5- Man, I LOVED The Tenant when it first came out. I dragged all my friends to see it. I don’t think it has aged as well as the film it seems most closely linked to: Rosemary’s Baby. Apparently these two films plus Repulsion are a loose trilogy. Rosemary’s Baby wins hands down.
6- The Traveler is Abbas Kiarostami’s first full-length feature, and as such it is solid. I love movies that show kids to be rotten and not living in some kind of Edenic childhood paradise. This boy is absolutely amoral and selfish. Nowhere close to Kiarostami’s later works of genius, but worth a watch for sure.
7- I watched The Coward the day after the great Soumitra Chatterjee died. He starred in a ton of Satyajit Ray, most famously making his film debut as Apu in the last film of the trilogy. The Coward is a small film, but like every other Ray film I have seen, it is deeply satisfying.
8- I am not sure what drew the great Terence Davies to Sunset Song. It is gorgeous to look at and involving, but it doesn’t have the overwhelming emotional impact of his masterpieces. The next film he made, A Quiet Passion about Emily Dickinson, has all the hallmarks of a Davies masterpiece.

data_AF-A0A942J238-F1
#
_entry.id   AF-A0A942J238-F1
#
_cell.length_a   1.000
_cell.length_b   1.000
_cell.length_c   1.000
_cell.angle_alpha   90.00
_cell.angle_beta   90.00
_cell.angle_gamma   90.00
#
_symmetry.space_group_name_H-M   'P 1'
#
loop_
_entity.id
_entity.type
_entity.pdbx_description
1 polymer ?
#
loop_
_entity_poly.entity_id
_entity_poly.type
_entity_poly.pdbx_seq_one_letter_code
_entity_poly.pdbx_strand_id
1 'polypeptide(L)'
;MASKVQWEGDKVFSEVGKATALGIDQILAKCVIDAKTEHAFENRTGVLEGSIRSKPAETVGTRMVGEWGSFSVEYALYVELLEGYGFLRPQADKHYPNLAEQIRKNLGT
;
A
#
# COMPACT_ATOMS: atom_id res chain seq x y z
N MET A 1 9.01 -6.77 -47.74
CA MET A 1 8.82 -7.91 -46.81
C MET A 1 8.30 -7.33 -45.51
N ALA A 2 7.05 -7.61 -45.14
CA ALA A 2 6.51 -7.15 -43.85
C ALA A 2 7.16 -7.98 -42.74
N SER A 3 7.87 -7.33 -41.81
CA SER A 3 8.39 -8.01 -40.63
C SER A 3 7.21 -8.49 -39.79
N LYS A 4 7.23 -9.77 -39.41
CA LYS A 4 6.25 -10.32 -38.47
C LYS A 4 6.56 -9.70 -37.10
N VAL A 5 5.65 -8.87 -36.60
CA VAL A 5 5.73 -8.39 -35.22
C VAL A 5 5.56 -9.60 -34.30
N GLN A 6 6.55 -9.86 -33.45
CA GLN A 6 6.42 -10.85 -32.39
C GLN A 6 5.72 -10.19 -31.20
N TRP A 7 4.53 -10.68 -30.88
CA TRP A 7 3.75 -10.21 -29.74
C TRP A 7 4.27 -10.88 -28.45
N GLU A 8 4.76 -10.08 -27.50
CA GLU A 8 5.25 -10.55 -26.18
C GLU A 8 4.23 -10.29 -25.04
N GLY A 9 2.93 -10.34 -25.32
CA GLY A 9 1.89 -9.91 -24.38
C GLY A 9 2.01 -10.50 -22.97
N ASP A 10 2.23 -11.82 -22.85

9- If The Cabinet of Doctor Calegari and Rashomon got married, moved to 1930s Mexico and had a baby, it would be Dos Monjes. Expressionism and Mexican Romanticism. The scenes in the monastery remind me of Ivan The Terrible weirdness. And the multivalent story telling must have seems so fresh coming some 20 years before Rashomon. It thrills me that such sui-generis films exist that I never heard of. What else is out there to discover?
10- After watching a ton of Kiarostami films, I went back to The Taste of Cherry, often cited as his masterpiece. I didn’t get it when I saw it 15 years ago. Having much more context now, I get it but I still don’t love it the way I love The Koker Trilogy and Close-up. It’s probably more my fault that Kiarostami’s. This time around, I totally got the pacing and the extreme long takes, things which bored me before.